What Is TMJ?
The joint that connects your jawbone to the skull is known as the temporomandibular joint or TMJ. There is one TMJ on each side of your jaw, both of which act as a sliding hinge to control your jaw movement.
A TMJ disorder can cause severe pain in your jaws and affect their movement. It is often difficult to determine the exact cause of a person's TMJ disorder. Various factors such as jaw injury, arthritis, or genetics can lead to TMJ disorders. Another factor that may lead to TMJ disorders is clenching or grinding the teeth too much.
While the pain associated with TMJ disorders can be sharp and unbearable, it can usually be managed with some self-care and nonsurgical treatments. However, if it isn't treated early on, the condition may escalate and require minor surgery.
In order to prevent that, it is necessary to be aware of the early symptoms of TMJ disorders.
TMJ Disorder Symptoms
Following are some of the main symptoms of TMJ disorders that you should keep an eye on.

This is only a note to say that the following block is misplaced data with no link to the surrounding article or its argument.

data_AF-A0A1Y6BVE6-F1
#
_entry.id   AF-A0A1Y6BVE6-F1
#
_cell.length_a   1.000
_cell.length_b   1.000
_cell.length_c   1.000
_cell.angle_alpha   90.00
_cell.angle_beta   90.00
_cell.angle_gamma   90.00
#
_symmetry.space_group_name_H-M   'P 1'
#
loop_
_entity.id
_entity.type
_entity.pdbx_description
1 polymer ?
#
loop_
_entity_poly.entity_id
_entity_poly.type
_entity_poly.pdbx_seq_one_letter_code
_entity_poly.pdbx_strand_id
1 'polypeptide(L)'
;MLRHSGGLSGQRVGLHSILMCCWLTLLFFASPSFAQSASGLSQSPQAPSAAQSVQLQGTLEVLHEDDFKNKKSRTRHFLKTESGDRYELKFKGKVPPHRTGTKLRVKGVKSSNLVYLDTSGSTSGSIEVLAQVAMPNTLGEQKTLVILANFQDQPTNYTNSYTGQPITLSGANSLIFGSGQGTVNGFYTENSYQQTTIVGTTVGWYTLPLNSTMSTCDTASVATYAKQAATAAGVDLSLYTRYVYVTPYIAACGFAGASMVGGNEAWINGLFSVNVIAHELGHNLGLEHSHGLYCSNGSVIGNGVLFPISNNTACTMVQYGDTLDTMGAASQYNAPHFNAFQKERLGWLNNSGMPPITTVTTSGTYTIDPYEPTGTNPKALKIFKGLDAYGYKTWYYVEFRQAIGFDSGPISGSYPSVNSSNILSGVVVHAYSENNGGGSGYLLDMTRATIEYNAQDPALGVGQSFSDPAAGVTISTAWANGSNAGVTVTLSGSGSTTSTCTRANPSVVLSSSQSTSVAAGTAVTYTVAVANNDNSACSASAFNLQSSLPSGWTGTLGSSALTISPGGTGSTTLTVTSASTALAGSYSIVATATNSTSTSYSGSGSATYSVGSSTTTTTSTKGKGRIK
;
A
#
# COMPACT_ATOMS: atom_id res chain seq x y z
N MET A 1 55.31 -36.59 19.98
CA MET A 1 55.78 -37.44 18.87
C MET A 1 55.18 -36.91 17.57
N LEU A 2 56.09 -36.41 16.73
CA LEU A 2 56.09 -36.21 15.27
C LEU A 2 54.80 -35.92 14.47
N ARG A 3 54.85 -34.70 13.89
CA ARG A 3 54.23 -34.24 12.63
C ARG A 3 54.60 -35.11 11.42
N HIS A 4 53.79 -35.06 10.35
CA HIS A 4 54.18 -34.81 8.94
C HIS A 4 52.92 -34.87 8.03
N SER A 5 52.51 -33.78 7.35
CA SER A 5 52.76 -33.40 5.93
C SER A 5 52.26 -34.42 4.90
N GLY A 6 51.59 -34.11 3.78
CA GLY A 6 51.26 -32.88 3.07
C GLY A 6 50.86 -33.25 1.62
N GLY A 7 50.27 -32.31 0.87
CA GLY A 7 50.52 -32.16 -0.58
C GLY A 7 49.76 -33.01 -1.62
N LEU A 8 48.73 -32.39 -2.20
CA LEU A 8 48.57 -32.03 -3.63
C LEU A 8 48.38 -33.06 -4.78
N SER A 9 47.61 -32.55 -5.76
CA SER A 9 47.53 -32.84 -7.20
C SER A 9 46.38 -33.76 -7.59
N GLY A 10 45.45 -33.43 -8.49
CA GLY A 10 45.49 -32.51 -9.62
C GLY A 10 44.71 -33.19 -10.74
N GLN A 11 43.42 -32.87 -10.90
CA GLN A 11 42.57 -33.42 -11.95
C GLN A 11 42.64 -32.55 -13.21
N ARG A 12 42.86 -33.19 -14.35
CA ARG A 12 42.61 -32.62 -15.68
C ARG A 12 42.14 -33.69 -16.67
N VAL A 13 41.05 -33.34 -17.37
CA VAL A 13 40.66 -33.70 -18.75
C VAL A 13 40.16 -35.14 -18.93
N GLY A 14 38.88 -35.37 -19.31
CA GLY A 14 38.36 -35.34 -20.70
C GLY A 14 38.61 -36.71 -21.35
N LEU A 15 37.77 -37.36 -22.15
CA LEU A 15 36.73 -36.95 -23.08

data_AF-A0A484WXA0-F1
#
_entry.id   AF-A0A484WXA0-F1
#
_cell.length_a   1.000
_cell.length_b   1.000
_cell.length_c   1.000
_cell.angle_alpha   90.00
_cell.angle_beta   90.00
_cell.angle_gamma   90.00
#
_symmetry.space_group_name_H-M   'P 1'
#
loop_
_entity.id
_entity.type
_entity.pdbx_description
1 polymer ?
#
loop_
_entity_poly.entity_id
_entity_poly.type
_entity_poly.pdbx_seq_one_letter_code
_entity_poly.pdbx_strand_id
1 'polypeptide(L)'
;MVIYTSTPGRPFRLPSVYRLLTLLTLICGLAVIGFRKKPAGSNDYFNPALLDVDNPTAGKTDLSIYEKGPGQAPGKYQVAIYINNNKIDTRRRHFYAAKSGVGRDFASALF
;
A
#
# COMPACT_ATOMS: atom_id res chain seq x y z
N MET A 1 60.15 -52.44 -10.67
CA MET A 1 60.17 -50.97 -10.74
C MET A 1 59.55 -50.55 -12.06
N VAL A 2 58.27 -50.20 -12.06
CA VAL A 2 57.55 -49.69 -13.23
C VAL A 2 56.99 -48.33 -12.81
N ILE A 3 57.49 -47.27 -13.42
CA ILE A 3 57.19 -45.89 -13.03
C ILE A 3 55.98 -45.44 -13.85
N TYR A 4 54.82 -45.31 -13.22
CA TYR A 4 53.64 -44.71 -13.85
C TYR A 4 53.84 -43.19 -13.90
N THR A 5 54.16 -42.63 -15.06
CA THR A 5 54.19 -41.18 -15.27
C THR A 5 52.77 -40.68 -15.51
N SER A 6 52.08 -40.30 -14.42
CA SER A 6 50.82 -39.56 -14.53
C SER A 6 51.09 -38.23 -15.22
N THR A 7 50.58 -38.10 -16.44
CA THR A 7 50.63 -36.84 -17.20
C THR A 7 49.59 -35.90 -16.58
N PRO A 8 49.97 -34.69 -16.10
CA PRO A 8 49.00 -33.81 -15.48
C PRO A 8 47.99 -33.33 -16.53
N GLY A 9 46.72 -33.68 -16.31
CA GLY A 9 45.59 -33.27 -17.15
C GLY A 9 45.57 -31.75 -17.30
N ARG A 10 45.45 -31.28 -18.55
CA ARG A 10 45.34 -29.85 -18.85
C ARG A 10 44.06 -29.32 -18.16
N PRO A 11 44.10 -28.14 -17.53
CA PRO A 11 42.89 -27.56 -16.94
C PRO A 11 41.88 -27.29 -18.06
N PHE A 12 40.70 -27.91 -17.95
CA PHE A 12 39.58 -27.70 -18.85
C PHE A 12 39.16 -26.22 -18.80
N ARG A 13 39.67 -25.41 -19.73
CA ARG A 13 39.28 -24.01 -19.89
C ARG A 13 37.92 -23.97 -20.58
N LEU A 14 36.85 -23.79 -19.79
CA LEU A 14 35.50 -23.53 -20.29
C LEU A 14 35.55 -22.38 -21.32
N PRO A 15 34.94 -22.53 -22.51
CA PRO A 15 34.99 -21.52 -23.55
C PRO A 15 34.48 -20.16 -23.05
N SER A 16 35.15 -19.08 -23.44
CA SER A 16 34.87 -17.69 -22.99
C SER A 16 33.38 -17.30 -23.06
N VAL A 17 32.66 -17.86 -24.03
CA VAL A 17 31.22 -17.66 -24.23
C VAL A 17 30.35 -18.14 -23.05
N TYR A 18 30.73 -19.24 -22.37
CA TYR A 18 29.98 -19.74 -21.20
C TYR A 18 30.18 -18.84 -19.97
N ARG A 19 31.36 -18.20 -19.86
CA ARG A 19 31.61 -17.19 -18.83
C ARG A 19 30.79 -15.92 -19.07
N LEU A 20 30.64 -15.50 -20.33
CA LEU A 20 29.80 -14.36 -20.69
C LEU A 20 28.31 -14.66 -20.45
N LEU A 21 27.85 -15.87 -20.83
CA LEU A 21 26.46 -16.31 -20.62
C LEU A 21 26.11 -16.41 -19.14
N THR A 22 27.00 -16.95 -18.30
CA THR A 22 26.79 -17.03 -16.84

- Pain or tenderness in your jaw.
- Pain in one or both of the TMJs.
- Unexplained pain in or around the ear.
- Difficulty opening or closing your mouth; restrictions in jaw movement.
- Finding it painful to chew your food.
- Experiencing facial pain without any reason.
- Feeling a grating sensation or hearing a clicking sound when you chew or open your mouth.
If you experience any of the above symptoms, visit a dentist immediately. Even if you don't have any TMJ disorders, it could indicate some other underlying cause that needs attention. Catching these conditions early can also help you avoid unnecessary pain in the future.